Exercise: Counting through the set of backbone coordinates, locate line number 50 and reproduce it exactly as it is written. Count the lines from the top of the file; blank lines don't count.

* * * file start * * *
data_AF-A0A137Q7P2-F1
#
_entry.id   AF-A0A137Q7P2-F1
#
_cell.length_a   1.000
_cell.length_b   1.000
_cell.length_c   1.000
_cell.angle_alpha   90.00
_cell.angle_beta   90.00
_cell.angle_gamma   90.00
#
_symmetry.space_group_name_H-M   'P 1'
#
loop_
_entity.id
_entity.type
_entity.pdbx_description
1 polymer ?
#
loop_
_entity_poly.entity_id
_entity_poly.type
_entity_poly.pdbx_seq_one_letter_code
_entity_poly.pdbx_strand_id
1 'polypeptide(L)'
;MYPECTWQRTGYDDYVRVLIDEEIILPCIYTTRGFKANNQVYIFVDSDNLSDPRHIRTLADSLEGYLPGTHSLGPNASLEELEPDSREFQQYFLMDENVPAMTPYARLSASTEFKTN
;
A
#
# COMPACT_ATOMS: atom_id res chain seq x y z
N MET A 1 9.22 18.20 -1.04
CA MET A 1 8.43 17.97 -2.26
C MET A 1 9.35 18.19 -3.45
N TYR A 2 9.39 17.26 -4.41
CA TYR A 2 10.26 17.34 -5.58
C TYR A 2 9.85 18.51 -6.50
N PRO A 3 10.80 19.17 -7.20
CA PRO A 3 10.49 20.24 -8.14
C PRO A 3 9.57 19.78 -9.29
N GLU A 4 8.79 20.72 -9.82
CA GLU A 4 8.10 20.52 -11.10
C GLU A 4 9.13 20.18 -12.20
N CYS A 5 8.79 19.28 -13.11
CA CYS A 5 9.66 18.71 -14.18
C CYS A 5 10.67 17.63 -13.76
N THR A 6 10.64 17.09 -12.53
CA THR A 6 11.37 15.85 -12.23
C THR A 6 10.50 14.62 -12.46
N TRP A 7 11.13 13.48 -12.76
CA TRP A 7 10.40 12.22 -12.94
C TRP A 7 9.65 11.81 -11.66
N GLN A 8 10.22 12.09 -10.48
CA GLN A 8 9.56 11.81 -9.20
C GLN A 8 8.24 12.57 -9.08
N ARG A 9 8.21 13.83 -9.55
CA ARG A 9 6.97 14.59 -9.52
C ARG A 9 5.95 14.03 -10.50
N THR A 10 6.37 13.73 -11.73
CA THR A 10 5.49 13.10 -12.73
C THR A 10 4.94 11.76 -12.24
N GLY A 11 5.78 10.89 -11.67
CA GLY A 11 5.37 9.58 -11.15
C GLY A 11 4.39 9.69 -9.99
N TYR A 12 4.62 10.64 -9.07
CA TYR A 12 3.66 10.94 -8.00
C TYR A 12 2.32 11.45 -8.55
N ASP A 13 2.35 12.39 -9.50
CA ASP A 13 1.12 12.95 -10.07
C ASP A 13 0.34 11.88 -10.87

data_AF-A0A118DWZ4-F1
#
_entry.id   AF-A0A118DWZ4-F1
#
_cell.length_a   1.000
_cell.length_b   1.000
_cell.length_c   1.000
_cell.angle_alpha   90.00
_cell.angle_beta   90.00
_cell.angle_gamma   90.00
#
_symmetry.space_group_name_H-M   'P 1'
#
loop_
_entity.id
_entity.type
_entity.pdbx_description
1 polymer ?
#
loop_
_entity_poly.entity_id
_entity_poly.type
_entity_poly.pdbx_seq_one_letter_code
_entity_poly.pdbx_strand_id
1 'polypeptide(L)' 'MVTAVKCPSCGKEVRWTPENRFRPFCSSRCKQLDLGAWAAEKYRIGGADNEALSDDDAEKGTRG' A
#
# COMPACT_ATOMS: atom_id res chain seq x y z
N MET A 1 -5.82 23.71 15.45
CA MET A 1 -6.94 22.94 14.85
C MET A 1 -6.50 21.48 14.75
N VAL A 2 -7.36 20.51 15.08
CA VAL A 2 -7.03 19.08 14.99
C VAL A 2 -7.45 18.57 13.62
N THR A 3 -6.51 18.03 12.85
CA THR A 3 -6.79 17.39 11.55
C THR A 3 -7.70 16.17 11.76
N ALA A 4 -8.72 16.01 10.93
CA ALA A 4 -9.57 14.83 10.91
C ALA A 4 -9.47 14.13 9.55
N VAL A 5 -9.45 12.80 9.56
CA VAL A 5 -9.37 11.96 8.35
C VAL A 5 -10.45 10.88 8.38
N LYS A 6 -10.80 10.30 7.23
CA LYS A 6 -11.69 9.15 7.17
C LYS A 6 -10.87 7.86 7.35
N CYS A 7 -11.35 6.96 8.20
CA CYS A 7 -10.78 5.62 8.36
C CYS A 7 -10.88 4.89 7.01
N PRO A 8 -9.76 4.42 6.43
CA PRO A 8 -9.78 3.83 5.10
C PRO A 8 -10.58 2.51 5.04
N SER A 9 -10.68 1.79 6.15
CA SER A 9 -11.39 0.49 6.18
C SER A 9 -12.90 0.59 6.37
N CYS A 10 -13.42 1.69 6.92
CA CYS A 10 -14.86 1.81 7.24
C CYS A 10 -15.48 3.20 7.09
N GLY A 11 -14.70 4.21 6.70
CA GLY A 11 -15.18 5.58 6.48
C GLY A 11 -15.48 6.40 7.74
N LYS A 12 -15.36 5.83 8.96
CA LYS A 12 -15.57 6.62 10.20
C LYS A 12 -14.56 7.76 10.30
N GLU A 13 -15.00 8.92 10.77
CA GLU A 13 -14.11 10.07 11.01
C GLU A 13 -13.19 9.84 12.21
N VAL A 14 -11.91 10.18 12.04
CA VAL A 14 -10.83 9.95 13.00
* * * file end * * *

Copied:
CA TRP A 7 10.40 12.22 -12.94